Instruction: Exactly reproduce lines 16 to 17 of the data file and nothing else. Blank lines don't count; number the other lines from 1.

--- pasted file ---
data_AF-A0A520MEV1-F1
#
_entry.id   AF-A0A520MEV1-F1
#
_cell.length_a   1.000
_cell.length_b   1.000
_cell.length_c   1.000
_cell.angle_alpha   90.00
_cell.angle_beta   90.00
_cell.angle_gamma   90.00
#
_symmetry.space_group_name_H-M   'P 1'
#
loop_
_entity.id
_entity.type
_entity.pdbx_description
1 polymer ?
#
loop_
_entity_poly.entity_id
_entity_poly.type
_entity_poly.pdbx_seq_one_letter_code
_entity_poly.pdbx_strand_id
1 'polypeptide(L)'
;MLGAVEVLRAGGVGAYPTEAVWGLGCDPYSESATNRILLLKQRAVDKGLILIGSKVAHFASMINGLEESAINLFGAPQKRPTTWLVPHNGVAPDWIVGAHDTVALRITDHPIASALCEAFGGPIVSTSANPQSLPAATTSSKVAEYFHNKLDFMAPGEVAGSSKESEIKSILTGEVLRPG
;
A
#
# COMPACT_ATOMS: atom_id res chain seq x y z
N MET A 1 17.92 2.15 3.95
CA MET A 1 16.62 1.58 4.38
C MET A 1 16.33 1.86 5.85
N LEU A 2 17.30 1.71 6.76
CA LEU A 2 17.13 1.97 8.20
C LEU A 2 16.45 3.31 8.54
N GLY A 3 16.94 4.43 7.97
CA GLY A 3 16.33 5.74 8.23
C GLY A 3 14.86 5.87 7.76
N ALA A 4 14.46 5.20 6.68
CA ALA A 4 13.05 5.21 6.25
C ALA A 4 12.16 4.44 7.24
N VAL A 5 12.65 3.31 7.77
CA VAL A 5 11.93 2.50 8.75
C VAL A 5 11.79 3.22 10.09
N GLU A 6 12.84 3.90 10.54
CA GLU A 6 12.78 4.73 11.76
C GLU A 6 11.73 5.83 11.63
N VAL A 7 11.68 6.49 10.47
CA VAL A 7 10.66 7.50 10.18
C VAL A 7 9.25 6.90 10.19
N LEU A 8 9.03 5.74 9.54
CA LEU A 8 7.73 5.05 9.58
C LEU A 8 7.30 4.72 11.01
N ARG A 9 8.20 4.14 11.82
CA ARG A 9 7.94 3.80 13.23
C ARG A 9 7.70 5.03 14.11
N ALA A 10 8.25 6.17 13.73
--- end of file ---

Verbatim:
_entity.type
_entity.pdbx_description